Now that we’ve had a few days of cold worth feeling smug about (what’s the point of living in a place where you can’t name the senators without an abacus if you can’t at least brag about how inhumanly cold it gets?), I suggest that it is perhaps time once again to roll out the Al Sicherman Temperature Index.
Others might suggest that it is instead perhaps time to roll away the entire Al Sicherman, but as I am currently feeling healthy as whatever kind of horse eats too much butter, cream, eggs and chocolate, I submit that those “others” are at least a week or two premature.
Regular readers of Twin Cities media may recall that the Al Sicherman Temperature Index, discussed in the Star Tribune many years ago, serves to estimate temperature by observing natural phenomena, in the same way that the Beaufort scale uses such observations to estimate wind speed (large tree branches moving, whistling in wires, umbrellas difficult to control is Force 6, Strong Breeze, 25 to 31 miles per hour). Irregular readers of Twin Cities media may recall being urged to add a bit of fiber to their diets. Everyone may recall how much they had been enjoying their lives until that joke showed up again.
Anyway, it’s been some time since I have revisited the Al Sicherman Temperature Index, and some natural phenomena have more-or-less disappeared in the meantime. “Car key breaks off in frozen door lock,” for example, has gone the way of the 401k-financed luxury retirement, and must be replaced by “Remote door-unlock button produces only strangled hum.”
In fact, it might be argued that specifics of the Al Sicherman Temperature Index, as discussed in the Star Tribune those many years ago, are now the property of Avista Capital Partners. If so, and if they are valued at, say, $1.25, they represent a significant portion of that firm’s net worth. So to avoid an unpleasant legal entanglement it would perhaps be best not to so much to revisit the Al Sicherman Temperature Index as to reconfigure it altogether.
So here is the New Al Sicherman Temperature Yardstick (NASTY).
NASTY Level 0: “Brisk,” 32 to 20 degrees: Barely visible layer of ice forms overnight; you almost slip getting into car. You regret not wearing gloves.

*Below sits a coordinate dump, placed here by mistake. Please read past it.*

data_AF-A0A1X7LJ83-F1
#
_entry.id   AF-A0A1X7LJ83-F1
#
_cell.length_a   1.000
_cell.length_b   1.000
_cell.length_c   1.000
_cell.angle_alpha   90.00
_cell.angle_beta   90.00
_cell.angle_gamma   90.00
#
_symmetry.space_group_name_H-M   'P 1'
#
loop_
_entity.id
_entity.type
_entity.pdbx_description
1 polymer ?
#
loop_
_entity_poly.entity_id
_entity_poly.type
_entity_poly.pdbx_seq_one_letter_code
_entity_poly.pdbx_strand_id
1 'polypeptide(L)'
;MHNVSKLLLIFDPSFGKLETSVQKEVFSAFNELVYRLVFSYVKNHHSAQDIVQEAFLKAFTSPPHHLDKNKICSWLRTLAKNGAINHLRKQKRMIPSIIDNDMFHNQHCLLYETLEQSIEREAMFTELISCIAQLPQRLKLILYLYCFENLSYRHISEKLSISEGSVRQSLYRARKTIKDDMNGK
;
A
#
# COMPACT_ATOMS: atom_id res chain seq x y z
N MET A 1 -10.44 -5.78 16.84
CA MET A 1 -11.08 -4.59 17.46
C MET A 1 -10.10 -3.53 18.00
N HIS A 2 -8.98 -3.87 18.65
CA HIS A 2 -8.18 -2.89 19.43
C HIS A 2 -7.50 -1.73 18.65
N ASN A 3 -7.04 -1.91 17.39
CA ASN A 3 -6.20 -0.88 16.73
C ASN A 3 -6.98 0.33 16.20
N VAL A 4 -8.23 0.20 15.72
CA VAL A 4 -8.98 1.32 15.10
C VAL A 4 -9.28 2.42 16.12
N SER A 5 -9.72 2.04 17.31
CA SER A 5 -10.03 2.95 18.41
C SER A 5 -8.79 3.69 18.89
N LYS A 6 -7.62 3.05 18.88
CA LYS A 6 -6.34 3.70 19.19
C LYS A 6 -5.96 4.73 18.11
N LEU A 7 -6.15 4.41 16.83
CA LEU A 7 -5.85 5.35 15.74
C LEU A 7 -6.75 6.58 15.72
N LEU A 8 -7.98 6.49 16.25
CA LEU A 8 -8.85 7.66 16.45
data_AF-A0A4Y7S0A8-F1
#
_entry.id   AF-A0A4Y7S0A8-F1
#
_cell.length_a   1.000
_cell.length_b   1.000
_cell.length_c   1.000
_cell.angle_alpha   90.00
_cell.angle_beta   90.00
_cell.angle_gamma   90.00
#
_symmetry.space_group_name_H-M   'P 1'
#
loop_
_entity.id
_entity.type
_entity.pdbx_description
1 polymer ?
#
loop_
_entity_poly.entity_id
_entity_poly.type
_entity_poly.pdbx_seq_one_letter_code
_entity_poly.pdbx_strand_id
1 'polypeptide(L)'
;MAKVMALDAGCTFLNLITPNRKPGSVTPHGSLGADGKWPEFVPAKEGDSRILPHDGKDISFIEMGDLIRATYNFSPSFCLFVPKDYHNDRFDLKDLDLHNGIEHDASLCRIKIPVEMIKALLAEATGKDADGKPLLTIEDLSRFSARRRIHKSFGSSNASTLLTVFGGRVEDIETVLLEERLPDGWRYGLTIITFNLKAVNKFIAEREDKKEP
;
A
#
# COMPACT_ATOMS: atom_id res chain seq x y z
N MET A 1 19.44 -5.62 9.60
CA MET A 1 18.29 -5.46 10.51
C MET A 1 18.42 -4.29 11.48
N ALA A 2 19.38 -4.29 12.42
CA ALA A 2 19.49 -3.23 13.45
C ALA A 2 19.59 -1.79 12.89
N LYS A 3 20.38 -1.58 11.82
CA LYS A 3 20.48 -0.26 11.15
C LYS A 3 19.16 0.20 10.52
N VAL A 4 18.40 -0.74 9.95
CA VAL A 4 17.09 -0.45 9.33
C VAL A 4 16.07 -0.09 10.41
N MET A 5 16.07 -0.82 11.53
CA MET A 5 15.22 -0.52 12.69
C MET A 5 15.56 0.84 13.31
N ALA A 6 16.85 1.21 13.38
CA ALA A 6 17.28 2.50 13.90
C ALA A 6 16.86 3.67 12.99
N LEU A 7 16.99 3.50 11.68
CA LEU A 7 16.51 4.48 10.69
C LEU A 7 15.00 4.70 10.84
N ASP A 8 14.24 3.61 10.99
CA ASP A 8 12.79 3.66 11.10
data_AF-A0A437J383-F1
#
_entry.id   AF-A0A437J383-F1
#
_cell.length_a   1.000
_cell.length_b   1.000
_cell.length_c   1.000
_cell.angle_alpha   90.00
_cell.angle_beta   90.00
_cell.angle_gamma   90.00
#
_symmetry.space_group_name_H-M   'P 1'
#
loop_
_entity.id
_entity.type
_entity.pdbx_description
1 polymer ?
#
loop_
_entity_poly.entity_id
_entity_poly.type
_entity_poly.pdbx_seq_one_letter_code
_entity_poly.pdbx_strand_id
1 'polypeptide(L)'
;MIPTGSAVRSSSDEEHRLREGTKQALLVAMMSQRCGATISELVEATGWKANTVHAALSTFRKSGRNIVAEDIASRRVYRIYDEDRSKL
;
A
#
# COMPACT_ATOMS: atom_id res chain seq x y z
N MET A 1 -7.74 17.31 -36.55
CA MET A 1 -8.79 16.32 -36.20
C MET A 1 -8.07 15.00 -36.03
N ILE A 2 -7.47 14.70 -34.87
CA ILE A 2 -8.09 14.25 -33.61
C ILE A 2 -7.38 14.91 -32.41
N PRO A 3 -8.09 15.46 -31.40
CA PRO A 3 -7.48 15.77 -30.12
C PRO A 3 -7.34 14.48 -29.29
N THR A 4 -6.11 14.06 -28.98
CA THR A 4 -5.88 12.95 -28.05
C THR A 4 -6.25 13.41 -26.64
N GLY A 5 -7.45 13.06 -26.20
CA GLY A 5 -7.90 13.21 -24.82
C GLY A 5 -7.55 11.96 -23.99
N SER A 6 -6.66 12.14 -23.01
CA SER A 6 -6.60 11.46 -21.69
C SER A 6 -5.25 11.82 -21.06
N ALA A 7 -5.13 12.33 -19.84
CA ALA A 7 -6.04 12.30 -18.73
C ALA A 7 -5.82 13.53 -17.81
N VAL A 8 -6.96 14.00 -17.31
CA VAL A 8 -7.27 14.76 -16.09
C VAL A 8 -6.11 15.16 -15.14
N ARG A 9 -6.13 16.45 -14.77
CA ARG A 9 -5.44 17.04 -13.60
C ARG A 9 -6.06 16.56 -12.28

NASTY Level 1: “Uncomfortable,” 20 to 10 degrees: Frost on windshield too firm to come off just by running wipers; requires scraping (if you can find scraper). You really regret not wearing gloves. And hat.
NASTY Level 2: “Frosty,” 10 to 0 degrees: After briefly removing glove while walking dog, to put newspaper bag to its highest use, your hand remains ice-cold inside glove all the way home.
NASTY Level 3: “Frigid,” 0 to -10 degrees: Sound of car starter changes from rettita-rettita-VROOM to wuoh-wuoh-wuoh-wuoh-VROOM.
NASTY Level 4: “Awful,” -10 to -15 degrees: Remote door-unlock button produces only strangled hum.
NASTY Level 5: “Terrible,” -15 to -20 degrees: Inside of windshield frosts over from your breath; protruding lower lip, to force breath up instead of out, causes your glasses to frost over.
NASTY Level 6: “Dreadful,” -20 to -25 degrees: Sound of car starter changes from wuoh-wuoh-wuoh-wuoh-VROOM to wuoh wuoh wuoh wuoh wuh.
NASTY Level 7: “Horrible,” -25 to -30 degrees: Pressing button to turn on car radio causes crack to open across entire dashboard. (Radio doesn’t come on.)
NASTY Level 8: “Unspeakable,” -30 to -35 degrees: After leaving car all evening in unheated ramp, car window has frozen up and can’t be lowered to pay the attendant; you have to open the door, but there’s no room because you’re right next to attendant’s booth, and you can’t pull forward because attendant has crossing arm down (and through closed window you can’t make him understand you need to pull forward so you can open door to pay him) and you can’t back up because there’s somebody behind you.
NASTY Level 9: “Ghastly,” -35 to -40 degrees: When you try to open car door, handle breaks off.
NASTY Level 10: “Evil,” colder than -40 degrees: When you try to open car door, hand breaks off.